In this study, optimal sedation at concentrations of 30%–40% N2O was seen in both the groups. In 57% children, it was seen with rapid induction using preadjusted mix of 30% N2O + 70% O2, wherein the time taken for achieving optimal sedation was almost half of the time taken for slow induction. Rapid induction by preadjusted mix of 30% N2O + 70%O2 has the same efficacy and margin of safety as of slow induction in achieving optimal sedation but in lesser time.
Thus, rapid induction can be used as a definite alternative to slow induction in anxious kids restless during the start of the procedure as it is equally safe and efficacious but has a faster onset.
In this study, the only adverse effect seen was sense of detachment for one child in both groups. None of the patients experienced hypoxia. All the observations were made by a single observer. Validity and reliability of these observations can be increased by inter-examiner observations in the future studies.
| Conclusion|| |
Based on this study results, the following conclusions can be drawn:
- There was no significant difference between the least SPO2 recorded in both groups. None of the children from both the groups exhibited hypoxia
- Rapid induction by preadjusted mix of 30% N2O + 70% O2 was seen to cause optimal sedation in 57% children of the group
- There was no significant difference in N2O concentrations to achieve optimal sedation in both the groups around 30%–40% N2O
- There was a significant difference in the time taken to achieve optimal sedation by rapid induction with a preadjusted mix of 30% N2O + 70%O2 which was almost half the time taken with slow induction
- There was no significant difference in the maximum concentrations of N2O administered in both the groups
- There was no significant difference in the incidence of adverse events in both the groups.
Rapid induction by preadjusted mix of 30% N2O + 70%O2 has the same efficacy as of slow induction in achieving optimal sedation but in lesser time. Thus, it can be used as an alternative to slow induction for induction of N2O-O2 inhalation sedation in restless anxious patient.
Financial support and sponsorship
Conflicts of interest
There are no conflicts of interest.
| References|| |
Pirec V, Patterson TH, Thapar P, Apfelbaum JL, Zacny JP. Effects of subanesthetic concentrations of nitrous oxide on cold-pressor pain in humans. Pharmacol Biochem Behav 1995;51:323-9.
Clark M, Brunick A, editors. Comparison of N2
sedation to other sedation methods. In: Handbook of Nitrous Oxide and Oxygen Sedation. 2nd
ed., Ch. 4. St. Louis, MO: CV Mosby Co.; 2003. p. 29-30.
Fnaish M. Nitrous oxide-oxygen in inhalation sedation in pediatric dentistry. JRMS 2010;17:38-42.
Kaviani N, Birang R. Evaluation of need to pulse oximetry monitoring during inhalation sedation for periodontal treatments. Dent Res J 2006;3:1-5.
Malamed SF, Clark MS. Nitrous oxide-oxygen: A new look at a very old technique. J Calif Dent Assoc 2003;31:397-403.
Bennett CR. Conscious sedation in dental practice. Vol. 11. St. Louis: Mosby; 1974. p. 41-8.
Foley J. A prospective study of the use of nitrous oxide inhalation sedation for dental treatment in anxious children. Eur J Paediatr Dent 2005;6:121-8.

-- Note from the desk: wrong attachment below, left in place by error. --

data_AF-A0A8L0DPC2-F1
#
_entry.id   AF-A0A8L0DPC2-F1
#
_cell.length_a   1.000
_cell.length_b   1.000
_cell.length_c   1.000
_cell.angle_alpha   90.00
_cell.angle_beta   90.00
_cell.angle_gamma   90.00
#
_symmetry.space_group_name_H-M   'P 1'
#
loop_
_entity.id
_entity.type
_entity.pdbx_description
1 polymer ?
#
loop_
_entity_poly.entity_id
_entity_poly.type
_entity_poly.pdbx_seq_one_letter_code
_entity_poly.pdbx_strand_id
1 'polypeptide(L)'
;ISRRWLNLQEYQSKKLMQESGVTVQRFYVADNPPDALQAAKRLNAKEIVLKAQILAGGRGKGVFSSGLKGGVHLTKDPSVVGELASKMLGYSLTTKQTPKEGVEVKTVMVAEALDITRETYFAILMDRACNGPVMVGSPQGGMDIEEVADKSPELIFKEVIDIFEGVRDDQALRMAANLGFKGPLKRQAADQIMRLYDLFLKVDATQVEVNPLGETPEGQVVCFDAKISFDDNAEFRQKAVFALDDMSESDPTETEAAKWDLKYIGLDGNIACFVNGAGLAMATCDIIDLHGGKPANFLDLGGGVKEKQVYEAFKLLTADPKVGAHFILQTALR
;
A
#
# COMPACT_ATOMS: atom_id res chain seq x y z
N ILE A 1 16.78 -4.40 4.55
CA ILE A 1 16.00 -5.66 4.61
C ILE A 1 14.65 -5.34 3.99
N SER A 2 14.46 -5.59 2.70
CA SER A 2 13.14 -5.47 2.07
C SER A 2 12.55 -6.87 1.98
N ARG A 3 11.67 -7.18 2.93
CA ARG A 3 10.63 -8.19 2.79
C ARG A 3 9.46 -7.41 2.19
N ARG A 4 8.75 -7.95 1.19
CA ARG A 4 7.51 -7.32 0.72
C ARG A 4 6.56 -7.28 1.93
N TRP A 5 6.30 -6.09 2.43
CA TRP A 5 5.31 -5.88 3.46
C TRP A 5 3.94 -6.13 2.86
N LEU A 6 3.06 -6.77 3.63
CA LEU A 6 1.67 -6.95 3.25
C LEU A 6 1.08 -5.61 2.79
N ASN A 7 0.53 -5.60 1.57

Quarnstrom FC, Milgrom P, Bishop MJ, DeRouen TA. Clinical study of diffusion hypoxia after nitrous oxide analgesia. Anesth Prog 1991;38:21-3.
Notini-Gudmarsson AK, Dolk A, Jakobsson J, Johansson C. Nitrous oxide: A valuable alternative for pain relief and sedation during routine colonoscopy. Endoscopy 1996;28:283-7.
Saunders BP, Fukumoto M, Halligan S, Masaki T, Love S, Williams CB. Patient-administered nitrous oxide/oxygen inhalation provides effective sedation and analgesia for colonoscopy. Gastrointest Endosc 1994;40:418-21.
Mueller WA, Drummond JN, Pribisco TA, Kaplan RF. Pulse oximetry monitoring of sedated pediatric dental patients. Anesth Prog 1985;32:237-40.
Barker SJ, Shah NK. The effects of motion on the performance of pulse oximeters in volunteers (revised publication). Anesthesiology 1997;86:101-8.
Brodsky JB, McKlveen RE, Zelcer J, Margary JJ. Diffusion hypoxia: A reappraisal using pulse oximetry. J Clin Monit 1988;4:244-6.
Frumin MJ, Edelist G. Diffusion anoxia: A critical reappraisal. Anesthesiology 1969;31:243-9.
Donaldson M, Donaldson D, Quarnstrom FC. Nitrous oxide-oxygen administration: When safety features no longer are safe. J Am Dent Assoc 2012;143:134-43.
Fink BR. Diffusion anoxia. Anesthesiology 1955;16:511-9.
Dunn-Russell T, Adair SM, Sams DR, Russell CM, Barenie JT. Oxygen saturation and diffusion hypoxia in children following nitrous oxide sedation. Pediatr Dent 1993;15:88-92.
Guidelines for Teaching the Comprehensive Control of Pain and Anxiety in Dentistry. Council on Dental Education, American Dental Association.J Dent Educ 1989;53:305-10.
Clinical Guidelines Reference Manual 2005-2006. Guideline on Behavior Guidance for the pediatric dental patient. Pediatr Dent 2005-2006;27 7 Suppl: 92-100.
Clark M, Brunick A, editors. Signs and symptoms of N2
sedation. In: Handbook of Nitrous Oxide and Oxygen Sedation. 2nd
ed., Ch. 12. St. Louis, MO: CV Mosby Co.; 2003. p. 111-7.
Malamed SF, editor. Inhalation sedation: Complications. In: Sedation: A Guide to Patient Management. 4th
ed., Ch. 16. St. Louis, MO: CV Mosby Co.; 2003. p. 257-61.
Clark M, Brunick A, editors. Anatomy and physiology of respiration and airway management. In: Handbook of Nitrous Oxide and Oxygen Sedation. 2nd
ed., Ch. 8. St. Louis, MO: CV Mosby Co.; 2003. p. 77-88.
Houpt MI, Limb R, Livingston RL. Clinical effects of nitrous oxide conscious sedation in children. Pediatr Dent 2004;26:29-36.
[Table 1], [Table 2], [Table 3], [Table 4], [Table 5]